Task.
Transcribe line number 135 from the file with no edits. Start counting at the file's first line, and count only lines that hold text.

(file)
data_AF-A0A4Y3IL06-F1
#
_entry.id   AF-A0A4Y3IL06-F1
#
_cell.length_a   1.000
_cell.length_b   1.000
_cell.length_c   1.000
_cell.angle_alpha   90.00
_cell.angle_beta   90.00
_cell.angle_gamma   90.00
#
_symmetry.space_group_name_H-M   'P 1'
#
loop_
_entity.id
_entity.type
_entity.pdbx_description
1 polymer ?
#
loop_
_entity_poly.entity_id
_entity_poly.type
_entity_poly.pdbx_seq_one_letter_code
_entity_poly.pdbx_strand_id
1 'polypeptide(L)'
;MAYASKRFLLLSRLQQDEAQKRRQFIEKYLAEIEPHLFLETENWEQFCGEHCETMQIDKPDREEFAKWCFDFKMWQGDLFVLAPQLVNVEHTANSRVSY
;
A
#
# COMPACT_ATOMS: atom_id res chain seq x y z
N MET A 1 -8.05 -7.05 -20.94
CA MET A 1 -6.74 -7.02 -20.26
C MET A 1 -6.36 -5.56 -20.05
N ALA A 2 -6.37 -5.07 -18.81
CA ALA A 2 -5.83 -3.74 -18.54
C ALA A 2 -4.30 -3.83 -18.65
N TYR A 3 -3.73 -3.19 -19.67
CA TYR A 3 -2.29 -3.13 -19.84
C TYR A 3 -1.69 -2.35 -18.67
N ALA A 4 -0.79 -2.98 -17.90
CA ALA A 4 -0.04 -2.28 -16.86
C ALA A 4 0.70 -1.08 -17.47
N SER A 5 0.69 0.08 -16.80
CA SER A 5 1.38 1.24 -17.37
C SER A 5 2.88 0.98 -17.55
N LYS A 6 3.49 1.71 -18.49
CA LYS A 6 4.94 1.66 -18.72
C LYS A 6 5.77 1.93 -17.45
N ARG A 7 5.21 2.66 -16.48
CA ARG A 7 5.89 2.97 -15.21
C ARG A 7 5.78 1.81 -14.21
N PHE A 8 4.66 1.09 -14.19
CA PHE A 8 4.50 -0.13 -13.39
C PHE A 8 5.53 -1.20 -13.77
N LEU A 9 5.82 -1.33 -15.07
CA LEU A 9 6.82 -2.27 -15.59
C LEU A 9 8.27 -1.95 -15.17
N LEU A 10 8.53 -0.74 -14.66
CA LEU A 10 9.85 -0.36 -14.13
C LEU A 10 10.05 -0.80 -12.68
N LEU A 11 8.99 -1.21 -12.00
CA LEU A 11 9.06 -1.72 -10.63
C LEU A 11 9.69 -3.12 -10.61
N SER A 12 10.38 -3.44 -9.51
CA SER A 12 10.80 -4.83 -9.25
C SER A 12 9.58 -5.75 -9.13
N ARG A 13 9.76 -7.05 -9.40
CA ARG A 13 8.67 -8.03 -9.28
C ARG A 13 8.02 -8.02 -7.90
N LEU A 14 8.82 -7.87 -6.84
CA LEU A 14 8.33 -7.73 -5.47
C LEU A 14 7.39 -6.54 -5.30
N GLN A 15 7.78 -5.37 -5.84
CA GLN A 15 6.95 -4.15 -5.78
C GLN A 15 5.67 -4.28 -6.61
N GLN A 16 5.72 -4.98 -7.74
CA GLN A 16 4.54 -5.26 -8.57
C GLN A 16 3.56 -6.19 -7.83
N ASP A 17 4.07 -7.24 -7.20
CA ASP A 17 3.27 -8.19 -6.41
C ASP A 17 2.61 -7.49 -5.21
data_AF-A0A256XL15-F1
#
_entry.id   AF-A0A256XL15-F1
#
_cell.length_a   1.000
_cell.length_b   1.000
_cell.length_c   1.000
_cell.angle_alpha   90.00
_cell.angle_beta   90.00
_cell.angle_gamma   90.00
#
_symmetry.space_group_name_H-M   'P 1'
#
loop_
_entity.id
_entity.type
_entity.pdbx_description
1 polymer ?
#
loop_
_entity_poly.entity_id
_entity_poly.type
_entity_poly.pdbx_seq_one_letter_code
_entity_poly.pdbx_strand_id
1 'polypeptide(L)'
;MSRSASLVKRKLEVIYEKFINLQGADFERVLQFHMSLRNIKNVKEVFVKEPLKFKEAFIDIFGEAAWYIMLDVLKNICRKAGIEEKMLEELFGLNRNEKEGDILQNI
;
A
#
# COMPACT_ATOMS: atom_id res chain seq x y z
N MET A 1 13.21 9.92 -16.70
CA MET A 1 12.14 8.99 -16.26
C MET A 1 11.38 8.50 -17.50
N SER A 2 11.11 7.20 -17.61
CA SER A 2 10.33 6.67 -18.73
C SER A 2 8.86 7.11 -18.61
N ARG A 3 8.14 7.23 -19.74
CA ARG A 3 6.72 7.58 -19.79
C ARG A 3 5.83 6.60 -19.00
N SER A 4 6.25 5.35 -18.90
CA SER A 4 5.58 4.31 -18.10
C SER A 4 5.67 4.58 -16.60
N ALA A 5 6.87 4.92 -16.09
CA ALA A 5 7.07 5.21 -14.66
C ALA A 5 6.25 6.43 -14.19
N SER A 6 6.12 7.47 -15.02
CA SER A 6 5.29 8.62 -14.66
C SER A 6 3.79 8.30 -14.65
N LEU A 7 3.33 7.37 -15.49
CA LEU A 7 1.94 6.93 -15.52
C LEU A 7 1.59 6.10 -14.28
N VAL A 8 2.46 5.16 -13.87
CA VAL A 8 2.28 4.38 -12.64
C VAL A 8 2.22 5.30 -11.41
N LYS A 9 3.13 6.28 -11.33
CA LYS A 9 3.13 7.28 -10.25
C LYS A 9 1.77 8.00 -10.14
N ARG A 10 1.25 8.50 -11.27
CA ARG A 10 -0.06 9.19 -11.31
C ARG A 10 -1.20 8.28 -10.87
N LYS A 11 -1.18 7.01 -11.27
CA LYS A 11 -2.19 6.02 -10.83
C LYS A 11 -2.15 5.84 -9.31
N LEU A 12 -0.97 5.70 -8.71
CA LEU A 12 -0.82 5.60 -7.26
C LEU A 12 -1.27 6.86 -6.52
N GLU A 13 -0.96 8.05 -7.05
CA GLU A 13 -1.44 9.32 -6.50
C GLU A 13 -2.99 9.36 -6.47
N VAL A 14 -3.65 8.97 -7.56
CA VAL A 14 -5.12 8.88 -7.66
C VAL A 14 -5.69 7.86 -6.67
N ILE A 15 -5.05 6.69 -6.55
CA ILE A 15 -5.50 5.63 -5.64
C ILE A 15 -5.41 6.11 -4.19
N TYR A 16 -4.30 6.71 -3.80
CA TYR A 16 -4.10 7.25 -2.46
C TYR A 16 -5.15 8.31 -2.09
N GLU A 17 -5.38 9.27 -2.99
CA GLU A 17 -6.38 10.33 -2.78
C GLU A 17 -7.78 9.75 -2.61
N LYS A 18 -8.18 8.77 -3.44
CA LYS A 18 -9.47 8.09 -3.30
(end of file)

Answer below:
C VAL A 8 2.22 5.30 -11.41